How should brands behave post recession?

In Silicon Valley the recession is over.  Houses are selling, people are being hired and consumer spending is up.  While the same may not be true of the rest of America, or of many countries in Europe, it’s clear that most of the major economies are clawing their way out of recession.  This creates an interesting challenge and opportunity for brands, not just in terms of financial gain, but also in terms of how they are positioned.  During recessions consumers behave differently, they measure brands differently.  In recessions price, for example, is king.  Other factors such as what the brand says about our status, matter a lot less.  In other words consumers are wired differently in recessions and will listen to different messages and join in different conversations about brands.

So what should brands do when the good times return?  First, they shouldn’t wait.  Any brand that hasn’t already defined how it will adapt as the economy improves will get left behind.  But to do that brands need to understand the exactly what their customers are talking about now that they weren’t talking about six months ago.  This kind of research can be done by analyzing social networks and other online communities but it has to be done properly and taken seriously.  Indeed I’d argue it that this research in to the attitudes and opinions of the post recession customer is the most important act a marketer can undertake right now.  Good research will provide the platform for the brand for the coming years.  And let’s face it the next few years are crucial in the brand wars.  To make the point, I worked with brands that studied how customers attitudes had changed going in to the recession.  This research changed their messaging and their behavior at a crucial time.  One of these brands has since been widely recognized as a poster child for dealing with a recession.

Of course the research is only the first step.  Brands need to figure out how how to act on that research.  They need to decide what conversations they can now leave and which they can now join, how to behave in those conversations compared to the past.  In short it’s a whole new playbook.  For brand heads sitting there without a post recession playbook, this ought to be a worrying time.  For those with one in hand, these are the good times.  Enjoy!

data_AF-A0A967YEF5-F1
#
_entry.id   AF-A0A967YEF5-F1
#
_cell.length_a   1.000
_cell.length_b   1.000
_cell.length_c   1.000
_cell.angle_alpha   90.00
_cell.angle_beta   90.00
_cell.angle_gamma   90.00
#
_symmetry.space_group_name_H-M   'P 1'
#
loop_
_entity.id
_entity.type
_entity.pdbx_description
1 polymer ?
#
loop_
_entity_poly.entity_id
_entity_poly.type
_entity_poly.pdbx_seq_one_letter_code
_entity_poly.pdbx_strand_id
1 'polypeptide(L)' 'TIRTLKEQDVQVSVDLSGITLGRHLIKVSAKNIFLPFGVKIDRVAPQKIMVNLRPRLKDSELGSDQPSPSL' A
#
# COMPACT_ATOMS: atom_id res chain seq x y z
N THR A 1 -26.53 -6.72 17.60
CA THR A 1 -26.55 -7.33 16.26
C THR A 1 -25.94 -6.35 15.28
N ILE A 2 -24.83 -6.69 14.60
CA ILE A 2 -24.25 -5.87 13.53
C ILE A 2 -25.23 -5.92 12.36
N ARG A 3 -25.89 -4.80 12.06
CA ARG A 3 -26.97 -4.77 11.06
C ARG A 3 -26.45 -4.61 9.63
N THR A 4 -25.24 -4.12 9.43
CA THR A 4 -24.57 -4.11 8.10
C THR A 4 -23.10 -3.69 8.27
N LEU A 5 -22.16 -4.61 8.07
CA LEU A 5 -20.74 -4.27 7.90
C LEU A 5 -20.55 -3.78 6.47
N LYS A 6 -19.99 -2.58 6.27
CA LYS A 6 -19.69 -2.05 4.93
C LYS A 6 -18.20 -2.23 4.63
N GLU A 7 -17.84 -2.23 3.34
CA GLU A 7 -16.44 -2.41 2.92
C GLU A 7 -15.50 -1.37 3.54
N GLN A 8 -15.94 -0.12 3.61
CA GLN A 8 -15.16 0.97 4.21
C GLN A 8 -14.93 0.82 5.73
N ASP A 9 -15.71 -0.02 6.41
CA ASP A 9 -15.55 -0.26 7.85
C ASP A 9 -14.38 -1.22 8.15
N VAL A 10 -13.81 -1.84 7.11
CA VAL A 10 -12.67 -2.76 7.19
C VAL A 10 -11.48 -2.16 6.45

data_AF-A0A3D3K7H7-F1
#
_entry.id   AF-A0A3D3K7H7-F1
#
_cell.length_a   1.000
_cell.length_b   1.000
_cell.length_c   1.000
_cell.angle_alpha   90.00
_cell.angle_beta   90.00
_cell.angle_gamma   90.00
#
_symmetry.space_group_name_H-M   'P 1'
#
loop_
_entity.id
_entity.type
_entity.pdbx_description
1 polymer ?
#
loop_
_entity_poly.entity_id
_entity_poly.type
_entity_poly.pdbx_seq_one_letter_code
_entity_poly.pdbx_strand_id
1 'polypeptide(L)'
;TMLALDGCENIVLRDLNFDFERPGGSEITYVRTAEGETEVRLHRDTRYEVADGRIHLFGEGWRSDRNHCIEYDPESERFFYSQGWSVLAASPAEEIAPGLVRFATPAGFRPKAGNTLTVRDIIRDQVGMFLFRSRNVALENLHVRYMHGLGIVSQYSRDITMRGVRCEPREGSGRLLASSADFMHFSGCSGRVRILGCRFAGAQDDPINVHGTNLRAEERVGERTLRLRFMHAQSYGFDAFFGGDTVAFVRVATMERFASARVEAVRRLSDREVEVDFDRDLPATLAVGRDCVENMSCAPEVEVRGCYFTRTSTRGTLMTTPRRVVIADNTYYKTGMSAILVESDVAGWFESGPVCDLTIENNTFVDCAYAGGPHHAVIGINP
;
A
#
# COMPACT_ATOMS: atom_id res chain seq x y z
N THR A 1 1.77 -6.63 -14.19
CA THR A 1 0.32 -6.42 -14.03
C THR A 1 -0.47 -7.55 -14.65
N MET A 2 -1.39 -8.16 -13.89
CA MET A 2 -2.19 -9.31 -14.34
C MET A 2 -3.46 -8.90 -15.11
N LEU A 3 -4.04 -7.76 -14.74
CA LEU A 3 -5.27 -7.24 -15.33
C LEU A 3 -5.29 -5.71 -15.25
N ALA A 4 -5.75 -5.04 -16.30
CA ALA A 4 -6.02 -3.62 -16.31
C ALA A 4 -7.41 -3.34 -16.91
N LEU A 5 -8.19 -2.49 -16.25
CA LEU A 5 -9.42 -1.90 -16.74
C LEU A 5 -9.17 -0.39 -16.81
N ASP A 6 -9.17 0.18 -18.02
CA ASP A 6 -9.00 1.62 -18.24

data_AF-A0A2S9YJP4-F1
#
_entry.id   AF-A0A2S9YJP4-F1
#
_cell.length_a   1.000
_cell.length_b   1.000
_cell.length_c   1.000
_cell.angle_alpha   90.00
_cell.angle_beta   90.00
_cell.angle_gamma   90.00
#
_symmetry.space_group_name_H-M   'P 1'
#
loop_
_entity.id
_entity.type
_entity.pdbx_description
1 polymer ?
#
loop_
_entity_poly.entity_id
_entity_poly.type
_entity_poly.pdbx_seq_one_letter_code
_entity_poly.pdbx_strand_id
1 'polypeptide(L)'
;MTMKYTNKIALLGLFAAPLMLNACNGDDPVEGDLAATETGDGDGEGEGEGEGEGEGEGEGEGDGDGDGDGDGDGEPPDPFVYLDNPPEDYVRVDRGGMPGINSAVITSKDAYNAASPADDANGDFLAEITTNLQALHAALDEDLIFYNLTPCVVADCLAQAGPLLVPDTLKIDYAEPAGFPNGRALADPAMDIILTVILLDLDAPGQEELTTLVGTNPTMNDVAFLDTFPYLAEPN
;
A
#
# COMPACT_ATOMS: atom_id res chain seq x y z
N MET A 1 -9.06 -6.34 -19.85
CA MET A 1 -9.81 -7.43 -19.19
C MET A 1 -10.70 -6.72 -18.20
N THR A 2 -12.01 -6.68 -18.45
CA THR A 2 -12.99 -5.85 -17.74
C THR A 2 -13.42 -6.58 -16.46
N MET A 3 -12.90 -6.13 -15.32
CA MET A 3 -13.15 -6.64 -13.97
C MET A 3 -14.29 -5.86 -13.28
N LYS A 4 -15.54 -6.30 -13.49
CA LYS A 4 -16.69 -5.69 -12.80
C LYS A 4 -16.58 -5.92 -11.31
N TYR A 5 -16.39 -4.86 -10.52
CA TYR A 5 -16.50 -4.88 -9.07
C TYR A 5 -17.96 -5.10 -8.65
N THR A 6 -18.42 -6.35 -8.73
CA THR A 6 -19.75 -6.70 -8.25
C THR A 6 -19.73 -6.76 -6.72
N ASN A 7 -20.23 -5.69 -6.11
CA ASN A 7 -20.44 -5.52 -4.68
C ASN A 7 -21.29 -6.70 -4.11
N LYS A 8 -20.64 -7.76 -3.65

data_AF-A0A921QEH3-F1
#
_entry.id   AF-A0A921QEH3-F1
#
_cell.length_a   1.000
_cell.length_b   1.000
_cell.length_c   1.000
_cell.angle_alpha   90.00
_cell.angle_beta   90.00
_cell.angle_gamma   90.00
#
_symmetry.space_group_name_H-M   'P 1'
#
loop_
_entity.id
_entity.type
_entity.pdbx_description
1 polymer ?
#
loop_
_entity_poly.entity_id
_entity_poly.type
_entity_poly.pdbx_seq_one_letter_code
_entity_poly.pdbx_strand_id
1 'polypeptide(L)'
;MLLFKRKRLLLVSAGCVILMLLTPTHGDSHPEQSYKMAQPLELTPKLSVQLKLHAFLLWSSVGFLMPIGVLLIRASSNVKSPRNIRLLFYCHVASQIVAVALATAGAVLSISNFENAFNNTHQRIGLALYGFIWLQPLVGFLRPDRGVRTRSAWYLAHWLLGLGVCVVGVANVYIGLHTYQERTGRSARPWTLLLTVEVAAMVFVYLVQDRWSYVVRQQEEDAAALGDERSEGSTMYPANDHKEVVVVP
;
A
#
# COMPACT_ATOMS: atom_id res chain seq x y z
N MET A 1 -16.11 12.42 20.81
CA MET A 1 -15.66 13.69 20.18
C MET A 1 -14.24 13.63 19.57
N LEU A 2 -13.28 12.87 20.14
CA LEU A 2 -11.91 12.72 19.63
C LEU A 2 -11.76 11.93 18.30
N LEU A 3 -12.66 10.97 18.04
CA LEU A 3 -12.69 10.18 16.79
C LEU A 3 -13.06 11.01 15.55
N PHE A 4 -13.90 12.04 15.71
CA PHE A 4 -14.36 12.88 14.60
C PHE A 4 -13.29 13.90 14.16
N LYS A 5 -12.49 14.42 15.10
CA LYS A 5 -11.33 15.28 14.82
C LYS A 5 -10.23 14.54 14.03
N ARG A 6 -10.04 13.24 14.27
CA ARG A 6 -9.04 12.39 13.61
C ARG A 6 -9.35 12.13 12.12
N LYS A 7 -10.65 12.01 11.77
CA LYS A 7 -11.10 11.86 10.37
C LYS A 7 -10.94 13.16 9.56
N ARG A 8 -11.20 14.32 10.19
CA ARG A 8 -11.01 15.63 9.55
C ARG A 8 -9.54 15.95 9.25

4 Comments on “How should brands behave post recession?”

  1. David Clare says:

    I wonder how many organisation decided customer research would take a backseat during the recession, and therefore failed to plan like you say they should have?

    I also wonder if people will continue to shop at ‘Poundland’ – who experienced significant growth during the recession. Although I guess they don’t have to do much research, or change their strategy!

  2. Andy West says:

    The playbook is important but perhaps the game has changed? Will the consumer return to the old order and will conventional brand management prevail in the new post recessionary economy?

    History suggests that people will soon forget the recession; will blot out the causes; and will return to the credit driven ways of old. I’m wondering however whether things will have changed. Perhaps the combination of financial pain, economic awareness, generational changes and old fashioned intelligence will mark out a new playing field for brands?

    In either case Tim, I agree with you. Understanding the needs of the customer, the drivers and the barriers will be crucial. As a client has said, informed decision making is now a business imperative. The Power To Know as they say.

  3. mullertbwa says:

    very interesting. so research aside, how do you think brands should behave in this age of austerity?

    a lot of research suggests that consumers want to feel confident and secure again. but are brands behaving in a way to let them?

    one of the few examples i can think of is hyundai who offered consumers the chance to return the newly bought car if they lose their job. are there any other great examples?

  4. timdyson says:

    If other brands have followed your path I’m sorry tp say I can’t think of them. I agree getting confidence back is very important. Economies are 50% fact and 50% fear.

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